DXC Tech Acquires Luxoft and enters ER&D services
DXC Technology, the third largest IT service vendor after IBM and Accenture, is to acquire Luxoft for $2bn. The company is offering a ~83% premium over the stock value of Luxoft last Friday.
Luxoft provides IT and ER&D services. The company had FY18, the year ending March 31, 2018, revenues of USD 907m, and an adjusted operating margin of 11.6%. Headcount is and 13k employees, located mostly in Eastern and Central Europe. Luxoft derived ~57% of its revenues from BFSI, ~17% from the automotive industry, and 26% from other industries.
Luxoft was until FY17 a high-growth story, growing as fast as EPAM Systems, by 20%-30% annually. In the past years, Luxoft has suffered from its heavy client concentration, with its top two wealth management clients, UBS and Deutsche Bank, representing 52.3% of revenues in FY16. In the current FY19, the revenue decline has accelerated with revenues moving to flat growth in H1 FY19. The UBS account is now under control while Deutsche Bank’s spending with Luxoft remains challenging.
Deutsche Bank and UBS only represented 34.7% of revenues in FY18.
Luxoft has an automotive unit, which is mostly ER&D services. The unit is in high growth mode (~+25% in H1 FY19, including some acquisitions) with major clients including Visteon, Daimler, Ford, Harman and Valeo.
Finally, other industries, “Digital Enterprise” groups a range of IT services and ER&D services capabilities with investment in UX, IoT, analytics and traditional ADM services. Luxoft is investing in its portfolio transformation to increase its digital capabilities. Digital Enterprise was a success story for Luxoft until the end of FY18. In H1 FY19, the unit has been suffering.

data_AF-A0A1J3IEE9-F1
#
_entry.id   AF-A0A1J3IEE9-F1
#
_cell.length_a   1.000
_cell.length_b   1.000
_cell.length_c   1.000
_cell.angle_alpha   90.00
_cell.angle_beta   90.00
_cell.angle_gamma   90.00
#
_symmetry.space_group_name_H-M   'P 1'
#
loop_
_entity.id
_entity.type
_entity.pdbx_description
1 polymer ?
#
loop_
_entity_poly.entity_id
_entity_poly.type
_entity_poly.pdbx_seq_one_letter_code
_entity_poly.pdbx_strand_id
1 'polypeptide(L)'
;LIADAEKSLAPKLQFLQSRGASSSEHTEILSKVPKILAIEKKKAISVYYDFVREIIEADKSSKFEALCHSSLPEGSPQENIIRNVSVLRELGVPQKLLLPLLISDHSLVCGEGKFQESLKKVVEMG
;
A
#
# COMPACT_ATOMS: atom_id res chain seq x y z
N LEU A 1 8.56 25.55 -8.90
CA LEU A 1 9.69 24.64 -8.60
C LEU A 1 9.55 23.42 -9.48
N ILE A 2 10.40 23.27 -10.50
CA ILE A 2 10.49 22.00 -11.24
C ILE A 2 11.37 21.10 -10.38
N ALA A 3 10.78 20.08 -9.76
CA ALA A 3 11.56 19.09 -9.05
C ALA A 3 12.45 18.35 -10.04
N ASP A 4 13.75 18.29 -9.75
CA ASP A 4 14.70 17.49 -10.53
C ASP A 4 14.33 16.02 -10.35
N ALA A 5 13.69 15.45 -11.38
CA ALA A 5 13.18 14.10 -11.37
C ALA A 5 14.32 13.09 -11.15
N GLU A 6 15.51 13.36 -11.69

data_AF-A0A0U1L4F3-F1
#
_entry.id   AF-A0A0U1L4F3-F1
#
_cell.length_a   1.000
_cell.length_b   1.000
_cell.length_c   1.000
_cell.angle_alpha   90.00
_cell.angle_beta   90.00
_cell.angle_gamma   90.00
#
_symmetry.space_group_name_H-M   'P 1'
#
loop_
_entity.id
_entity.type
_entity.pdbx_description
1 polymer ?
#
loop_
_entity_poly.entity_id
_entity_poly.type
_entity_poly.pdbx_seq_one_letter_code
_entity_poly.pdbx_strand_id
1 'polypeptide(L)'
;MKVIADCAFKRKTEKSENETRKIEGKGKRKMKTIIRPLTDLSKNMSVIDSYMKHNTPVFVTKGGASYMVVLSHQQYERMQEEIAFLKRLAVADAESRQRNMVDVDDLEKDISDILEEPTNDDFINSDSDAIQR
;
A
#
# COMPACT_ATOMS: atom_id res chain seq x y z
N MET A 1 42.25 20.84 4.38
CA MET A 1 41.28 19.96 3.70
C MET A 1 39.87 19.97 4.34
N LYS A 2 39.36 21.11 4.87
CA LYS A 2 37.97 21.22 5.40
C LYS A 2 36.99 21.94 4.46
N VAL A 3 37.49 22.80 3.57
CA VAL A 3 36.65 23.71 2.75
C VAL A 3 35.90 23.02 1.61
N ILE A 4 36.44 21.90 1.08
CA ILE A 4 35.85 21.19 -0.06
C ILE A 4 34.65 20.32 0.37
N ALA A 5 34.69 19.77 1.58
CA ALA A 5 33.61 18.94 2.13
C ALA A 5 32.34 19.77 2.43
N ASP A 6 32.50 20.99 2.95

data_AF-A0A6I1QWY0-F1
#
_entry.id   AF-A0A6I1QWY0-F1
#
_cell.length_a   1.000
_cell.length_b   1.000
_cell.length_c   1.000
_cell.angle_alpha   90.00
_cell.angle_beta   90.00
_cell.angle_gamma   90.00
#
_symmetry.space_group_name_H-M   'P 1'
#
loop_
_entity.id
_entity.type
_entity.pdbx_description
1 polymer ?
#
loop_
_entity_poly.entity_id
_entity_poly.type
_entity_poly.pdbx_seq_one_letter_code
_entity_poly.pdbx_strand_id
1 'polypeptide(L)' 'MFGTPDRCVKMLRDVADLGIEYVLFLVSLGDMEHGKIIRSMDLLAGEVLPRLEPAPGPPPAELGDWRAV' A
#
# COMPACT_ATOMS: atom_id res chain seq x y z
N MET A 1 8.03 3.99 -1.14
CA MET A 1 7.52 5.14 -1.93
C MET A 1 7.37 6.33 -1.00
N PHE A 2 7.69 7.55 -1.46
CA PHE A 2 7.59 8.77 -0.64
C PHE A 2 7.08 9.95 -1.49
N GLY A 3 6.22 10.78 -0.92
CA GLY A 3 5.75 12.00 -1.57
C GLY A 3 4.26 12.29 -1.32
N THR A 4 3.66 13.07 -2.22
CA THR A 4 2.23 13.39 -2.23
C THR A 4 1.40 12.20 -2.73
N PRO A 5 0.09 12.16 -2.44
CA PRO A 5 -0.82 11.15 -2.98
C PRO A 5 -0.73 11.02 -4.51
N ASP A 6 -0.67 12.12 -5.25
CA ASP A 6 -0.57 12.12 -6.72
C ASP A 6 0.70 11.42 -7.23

The acquisition of Luxoft comes as a surprise, as Luxoft was progressively exiting from troubled times. This may not have been the best time to sell Luxoft. Having said that, the $2bn cash offer values Luxoft almost as twice as much as its current market cap.
The acquirer is also a surprise: DXC is the heritage company from three firms CSC, EDS and HP Services, and is mostly an IT infrastructure management vendor, which had not signaled interest in the type of hybrid IT services and ER&D services work that Luxoft provides.
The impact on the ER&D industry should be limited: Luxoft will keep on operating as an independent firm, with DXC not targeting cost rationalization but revenue synergies. Luxoft should therefore successful in automotive ER&D, provided market conditions remains favorable. However, DXC brings little ER&D capabilities apart from PLM service capabilities, which we expect will remain outside of the perimeter of Luxoft. In other words, the acquisition by DXC of Luxoft should have limited impact, at least in the short-term on the ER&D service industry.
We will be commenting further on this acquisition.